• The ugly carpet is only going to look uglier as time passes, but once you go insane, you won’t care about the decor, so that’s something to look forward to.
  • The people who live in the room next to you? The ones who are coping with stress through copious amounts of copulation, even though only a curtain separates you? When they reach orgasm, I bet they’d love to hear you scream along. That’d be fun!
  • Get a few people together and start an amateur dramatic society, then act out your favourite scenes from thematically-relevant movies like ‘Apocalypse Now’, ‘Road Warrior’, ’28 Days Later’ or ‘Armageddon’. Shake it up by making them musicals.
  • It’s okay to pick your nose and eat it, but don’t expect any kisses.
  • Water will be strictly rationed so showers are no longer an option, but it’s easier to stomach the stench of body odour if everyone pretends its the newest fragrance from Gucci.
  • Only flush toilet paper down the toilets. Please please please remember this rule, now more than ever.
  • That woman with the annoying hyena laugh? The one you hear late at night, echoing through the halls? I hate to break it to you, but that’s actually you. Doesn’t the carpet look beguiling tonight?

    If you watch the swirling patterns long enough, they start to look like a map to a magical land of pixies. All work and no play makes Jack a dull boy….

     

Preparation Everyone Can Do , The Bunker

By Honeybadger

Ok, I know what you are going to say, you can’t afford a large, lead lined nuclear bunker under your garden, especially as you live in a first floor flat. Fine and fair, but for many of us there is something we can do in terms of preparing a reinforced space to retreat to.

Starting with the obvious. The Garage.
I foyu are fortunate enough to have a garage you may well be like me. My garage is full of the debris of a previous relationship, old tool boxes, gardening stuff and a moulding weights bench.  The plan for my garage is simple though. Clear it out, put up some racking make it a useable space. Now my garage even has a power point and lights, so worst come to worst and my home turns out to be no where near zombie proof enough (which I suspect to be the case) then I have somewhere I can retreat to with the cats. What I need is to set it up. That means water, a storage heater, a toilet, food and cat food supplies (things with long expiration dates and circulate into your home restocking into the garage, the little camping stove and gas, sleeping bag and the tool boxes and garden implements can stay for defence. I’ll also need to rig up some means of seeing outside without giving my presence away. That requires more thought.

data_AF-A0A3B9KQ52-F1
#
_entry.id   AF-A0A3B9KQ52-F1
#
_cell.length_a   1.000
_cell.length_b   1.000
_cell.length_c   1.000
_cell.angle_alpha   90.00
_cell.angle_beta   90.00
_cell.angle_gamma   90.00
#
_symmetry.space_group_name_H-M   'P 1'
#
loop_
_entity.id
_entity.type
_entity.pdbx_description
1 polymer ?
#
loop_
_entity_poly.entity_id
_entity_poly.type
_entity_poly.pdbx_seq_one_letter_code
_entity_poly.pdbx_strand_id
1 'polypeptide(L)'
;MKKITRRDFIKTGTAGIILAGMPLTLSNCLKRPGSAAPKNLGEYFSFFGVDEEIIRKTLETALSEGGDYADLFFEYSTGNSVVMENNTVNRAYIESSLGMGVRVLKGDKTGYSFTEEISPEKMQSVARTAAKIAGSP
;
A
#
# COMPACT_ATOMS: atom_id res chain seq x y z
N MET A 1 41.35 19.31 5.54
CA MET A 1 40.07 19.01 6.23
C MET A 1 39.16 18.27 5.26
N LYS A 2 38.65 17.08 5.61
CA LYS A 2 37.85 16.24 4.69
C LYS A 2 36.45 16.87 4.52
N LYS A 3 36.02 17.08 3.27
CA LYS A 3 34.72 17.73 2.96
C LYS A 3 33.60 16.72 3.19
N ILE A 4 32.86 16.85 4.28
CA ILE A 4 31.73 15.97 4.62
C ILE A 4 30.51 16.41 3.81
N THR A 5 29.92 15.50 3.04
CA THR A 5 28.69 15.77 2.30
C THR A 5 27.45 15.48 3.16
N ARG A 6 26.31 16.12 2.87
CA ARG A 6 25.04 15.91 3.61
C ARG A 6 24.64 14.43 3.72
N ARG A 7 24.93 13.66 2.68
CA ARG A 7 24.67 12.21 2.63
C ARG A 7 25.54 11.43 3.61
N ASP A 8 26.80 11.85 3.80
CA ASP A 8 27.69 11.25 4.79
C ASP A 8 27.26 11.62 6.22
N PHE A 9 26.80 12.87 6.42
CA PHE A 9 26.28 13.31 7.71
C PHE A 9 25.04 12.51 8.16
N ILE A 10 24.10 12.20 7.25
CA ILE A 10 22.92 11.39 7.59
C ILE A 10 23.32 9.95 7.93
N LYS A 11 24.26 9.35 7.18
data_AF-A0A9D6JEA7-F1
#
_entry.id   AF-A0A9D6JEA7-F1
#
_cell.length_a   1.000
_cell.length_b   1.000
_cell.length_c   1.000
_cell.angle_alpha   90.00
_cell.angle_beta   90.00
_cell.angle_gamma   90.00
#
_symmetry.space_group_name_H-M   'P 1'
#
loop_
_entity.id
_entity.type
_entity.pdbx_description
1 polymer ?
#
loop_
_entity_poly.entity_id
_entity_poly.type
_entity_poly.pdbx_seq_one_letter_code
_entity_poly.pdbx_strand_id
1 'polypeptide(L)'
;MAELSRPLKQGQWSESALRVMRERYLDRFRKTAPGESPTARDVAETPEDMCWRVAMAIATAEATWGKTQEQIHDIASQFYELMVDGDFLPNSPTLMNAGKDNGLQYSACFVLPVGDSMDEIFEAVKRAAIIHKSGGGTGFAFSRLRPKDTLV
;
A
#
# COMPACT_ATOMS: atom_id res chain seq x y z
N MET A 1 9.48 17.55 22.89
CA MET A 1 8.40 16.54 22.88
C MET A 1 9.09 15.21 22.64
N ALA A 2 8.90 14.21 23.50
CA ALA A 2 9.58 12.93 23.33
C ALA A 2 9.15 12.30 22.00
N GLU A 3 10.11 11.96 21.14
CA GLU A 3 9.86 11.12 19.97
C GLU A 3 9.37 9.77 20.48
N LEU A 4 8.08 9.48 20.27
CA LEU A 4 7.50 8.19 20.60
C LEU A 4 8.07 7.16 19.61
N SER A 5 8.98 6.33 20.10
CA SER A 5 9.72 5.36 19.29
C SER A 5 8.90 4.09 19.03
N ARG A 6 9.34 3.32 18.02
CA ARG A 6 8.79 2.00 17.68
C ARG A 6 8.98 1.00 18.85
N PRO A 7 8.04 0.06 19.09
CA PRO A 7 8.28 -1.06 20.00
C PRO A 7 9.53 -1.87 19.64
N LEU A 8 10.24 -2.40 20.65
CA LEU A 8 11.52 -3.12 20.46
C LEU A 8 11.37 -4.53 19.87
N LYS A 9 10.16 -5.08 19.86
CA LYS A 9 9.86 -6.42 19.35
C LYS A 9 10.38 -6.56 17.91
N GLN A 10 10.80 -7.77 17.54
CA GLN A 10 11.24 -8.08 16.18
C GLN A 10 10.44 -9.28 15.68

In a push though it doesn’t have to be a nice big comfortable garage. Line your loft with those heat blankets they use for runners to disguise your body heat from searches and create a little last resort bolt hole up there, even the cupboard under the stairs could be used in this way if needs be, remove the outside handle on the way in and stay quiet till trouble passes.

Take a walk around your home and think, what can you do if aliens or zombies attack and you need to convince them there is no one left alive in your home?

Honeybadger out.

Welcome to the Rainpocalypse

If you live in the UK you will, by now have noticed the damp. Flash floods, endless days of grey drizzly wetness, houses washed out, ponding in the streets. Oh it’s not so severe really, but it has gone on all summer. Wettest summer since records or something. Not much of a summer at all really.